Pro-tip: Is it time for you to start investing in advertising? Learn more about why The Knot and WeddingWire are the best advertising platforms for wedding venues!
Tom’s biggest don’t: Forgetting to use even simple technology on your tours
“You work hard to get each of your leads and turn it into a tour! You paid for the lead by advertising with The Knot and WeddingWire! Now it is up to you to get that couple booked. You can improve your chances of booking after the tour by sharing photos of how you can help couples achieve their dream wedding.
Take a photo from five different vantage points in your venue during every wedding. Your venue looks different for each wedding based on colors, setup, lighting, decor, etc., and a photo will help you sell the venue rather than you trying to verbalize your couples’ vision. Your tours will become more interactive with a two-way conversation about the pictures. I like to organize the photos on an iPad, and when on the tour, show the couple what the wedding looked like from each of the five vantage points.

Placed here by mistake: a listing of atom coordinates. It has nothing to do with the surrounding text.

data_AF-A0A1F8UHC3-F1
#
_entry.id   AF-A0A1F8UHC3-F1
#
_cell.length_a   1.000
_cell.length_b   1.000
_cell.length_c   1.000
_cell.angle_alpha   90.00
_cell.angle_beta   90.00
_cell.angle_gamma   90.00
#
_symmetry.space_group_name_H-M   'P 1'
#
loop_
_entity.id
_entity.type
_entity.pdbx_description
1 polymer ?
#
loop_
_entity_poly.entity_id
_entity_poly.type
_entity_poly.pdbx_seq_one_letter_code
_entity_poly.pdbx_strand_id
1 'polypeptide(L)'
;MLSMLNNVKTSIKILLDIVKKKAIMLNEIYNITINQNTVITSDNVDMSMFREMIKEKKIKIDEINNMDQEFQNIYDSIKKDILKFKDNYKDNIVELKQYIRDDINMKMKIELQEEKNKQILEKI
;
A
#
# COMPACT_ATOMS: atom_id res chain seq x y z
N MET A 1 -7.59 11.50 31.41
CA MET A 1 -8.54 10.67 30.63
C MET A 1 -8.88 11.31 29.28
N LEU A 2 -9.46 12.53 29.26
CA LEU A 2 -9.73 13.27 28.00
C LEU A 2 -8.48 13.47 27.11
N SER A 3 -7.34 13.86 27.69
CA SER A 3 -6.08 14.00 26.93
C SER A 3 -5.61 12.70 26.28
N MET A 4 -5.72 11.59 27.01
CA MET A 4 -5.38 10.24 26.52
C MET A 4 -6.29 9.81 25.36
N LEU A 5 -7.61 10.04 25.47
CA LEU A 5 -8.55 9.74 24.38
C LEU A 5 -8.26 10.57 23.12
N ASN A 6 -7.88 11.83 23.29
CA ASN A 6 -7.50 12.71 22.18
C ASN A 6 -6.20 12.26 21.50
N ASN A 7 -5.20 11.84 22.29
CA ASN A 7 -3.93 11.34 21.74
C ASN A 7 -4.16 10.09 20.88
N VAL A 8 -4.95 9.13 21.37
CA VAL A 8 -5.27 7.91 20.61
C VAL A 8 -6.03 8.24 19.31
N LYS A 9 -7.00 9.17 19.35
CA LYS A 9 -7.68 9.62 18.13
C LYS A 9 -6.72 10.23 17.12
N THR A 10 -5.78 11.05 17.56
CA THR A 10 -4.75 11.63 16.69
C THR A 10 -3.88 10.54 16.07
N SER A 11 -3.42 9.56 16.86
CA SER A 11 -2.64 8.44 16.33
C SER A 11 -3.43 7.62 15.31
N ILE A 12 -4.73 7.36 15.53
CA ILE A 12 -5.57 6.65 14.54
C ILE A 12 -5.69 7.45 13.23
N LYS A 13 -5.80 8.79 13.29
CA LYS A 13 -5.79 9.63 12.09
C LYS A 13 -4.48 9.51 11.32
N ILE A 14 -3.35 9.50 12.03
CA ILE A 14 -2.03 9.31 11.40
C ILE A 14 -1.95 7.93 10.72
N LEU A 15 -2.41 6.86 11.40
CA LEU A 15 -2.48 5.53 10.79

You can take it further and categorize the photos by theme, color, or guest count. You can even show a quick 20-second video of some action on the dance floor or something unique that happened at a wedding. Venues that I have worked with have shown a 50% increase in tours to booking by simply implementing this practice!”
We hope Ian and Tom’s advice helps you feel more confident about managing your wedding venue and building it into a truly successful business! Ready to explore advertising more? Learn more about how The Treasury Collection used The Knot and WeddingWire to turn leads into booked weddings!